Published online Sep 18, 2018. doi: 10.5312/wjo.v9.i9.173
Peer-review started: April 10, 2018
First decision: May 15, 2018
Revised: May 20, 2018
Accepted: June 27, 2018
Article in press: June 27, 2018
Published online: September 18, 2018
Reconstructive surgery using megaprosthesis is widely applied as a treatment for bone sarcomas of the lower extremities. Even though reconstructive surgery has been used for several decades it seems that there is no clear consensus in surgical treatment strategies for this group of patients.
The low number of bone sarcomas limits the possibility to run randomized clinical trials. This is in contrast to non-surgical treatment of bone sarcomas, where standard protocols are available to test new treatment regimes since the sites of the sarcoma are of less significance. Only a few international randomized studies have been initiated to gain new evidence on the surgical treatment of bone sarcoma patients. This is due to the difficulty in achieving sufficient sample sizes due to the rarity of the disease.
The goal of this study was to identify common strategies in the surgical treatment of patients with bone sarcomas of the lower extremities in terms of surgical/technical considerations, choice of antibiotics, dosage, and duration of treatment, and choice of antithrombotic drug, initial start-up, dosage, and duration.
The study was based on an internet-based survey on the surgical management of bone sarcomas in the lower extremity amongst sarcoma surgeons in the Scandinavian countries.
This study demonstrates a large variation in the treatment of patients with bone sarcomas located in the lower extremities. With regard of implant fixation, the Danish and Swedish sarcoma centers tended to consider a cemented prosthesis not only for the older patients but also for the youngest patients below 20 years old, contrary to the rest of the Scandinavian centers. All participants would administer intravenous prophylactic antibiotics regarding endoprosthetic reconstructive surgery. First choice of antibiotics was cephalosporin. Less commonly used were glycopeptide, penicillin, or a combination. The duration of prophylactic antibiotic treatment ranged from less than one day to more than four days. All participants would administer heparins as antithrombotic prophylaxis. Fifty-five percent of the participants answered that initial treatment was started preoperatively, 3% perioperatively and 42% postoperatively. Range of antithrombotic treatment went from 5-28 d.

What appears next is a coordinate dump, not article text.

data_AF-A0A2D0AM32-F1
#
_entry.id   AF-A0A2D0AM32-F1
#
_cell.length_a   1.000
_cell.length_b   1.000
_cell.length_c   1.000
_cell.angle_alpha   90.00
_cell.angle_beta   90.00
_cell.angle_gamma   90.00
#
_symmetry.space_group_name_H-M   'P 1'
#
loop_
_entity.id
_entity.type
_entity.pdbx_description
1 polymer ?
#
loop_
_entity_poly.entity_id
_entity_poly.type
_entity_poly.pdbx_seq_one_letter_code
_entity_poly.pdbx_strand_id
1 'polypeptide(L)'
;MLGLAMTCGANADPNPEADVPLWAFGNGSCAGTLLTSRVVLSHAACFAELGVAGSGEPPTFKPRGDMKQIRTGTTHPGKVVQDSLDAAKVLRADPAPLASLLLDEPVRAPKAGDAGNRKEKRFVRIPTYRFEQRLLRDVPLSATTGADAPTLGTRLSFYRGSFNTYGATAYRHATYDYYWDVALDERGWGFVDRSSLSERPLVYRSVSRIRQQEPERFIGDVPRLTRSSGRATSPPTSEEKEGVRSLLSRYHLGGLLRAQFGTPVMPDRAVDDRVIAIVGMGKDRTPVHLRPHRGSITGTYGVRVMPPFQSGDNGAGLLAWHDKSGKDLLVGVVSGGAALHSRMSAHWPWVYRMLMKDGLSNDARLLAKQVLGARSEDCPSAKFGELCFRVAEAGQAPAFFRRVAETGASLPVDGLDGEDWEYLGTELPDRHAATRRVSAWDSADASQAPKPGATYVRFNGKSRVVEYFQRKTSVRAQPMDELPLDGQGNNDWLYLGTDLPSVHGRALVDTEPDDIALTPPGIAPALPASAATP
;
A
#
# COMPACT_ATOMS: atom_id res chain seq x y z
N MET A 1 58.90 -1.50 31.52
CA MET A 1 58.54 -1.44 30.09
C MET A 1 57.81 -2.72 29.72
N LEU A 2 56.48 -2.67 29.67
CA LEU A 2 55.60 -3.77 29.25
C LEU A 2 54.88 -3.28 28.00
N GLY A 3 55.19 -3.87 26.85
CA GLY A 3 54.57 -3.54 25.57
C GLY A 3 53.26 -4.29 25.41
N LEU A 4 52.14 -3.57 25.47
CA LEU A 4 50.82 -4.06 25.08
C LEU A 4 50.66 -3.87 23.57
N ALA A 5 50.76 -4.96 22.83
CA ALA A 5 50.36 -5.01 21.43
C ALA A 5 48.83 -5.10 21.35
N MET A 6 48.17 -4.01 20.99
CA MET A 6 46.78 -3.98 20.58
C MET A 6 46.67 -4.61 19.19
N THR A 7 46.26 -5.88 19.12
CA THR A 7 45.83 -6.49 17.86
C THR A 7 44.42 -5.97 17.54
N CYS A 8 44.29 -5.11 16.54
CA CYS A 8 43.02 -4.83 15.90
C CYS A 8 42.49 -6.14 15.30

Today, patients diagnosed with bone sarcomas of the lower extremity are to a great extent offed treatment with a resection prosthesis. The treatment is well established, however, there is a significant inconsistency in the surgical treatment algorithm between sarcoma centers. Still the treatment is primarily based on best clinical practice, due to the absence of evidence-based medicine in the surgical management of bone sarcomas.
The current study elucidates, that the surgical sarcoma community needs to support the ongoing randomized control trials and encourage the initiation of new randomized studies to gain knowledge of the surgical treatment of bone sarcoma patients based on evidence-based medicine.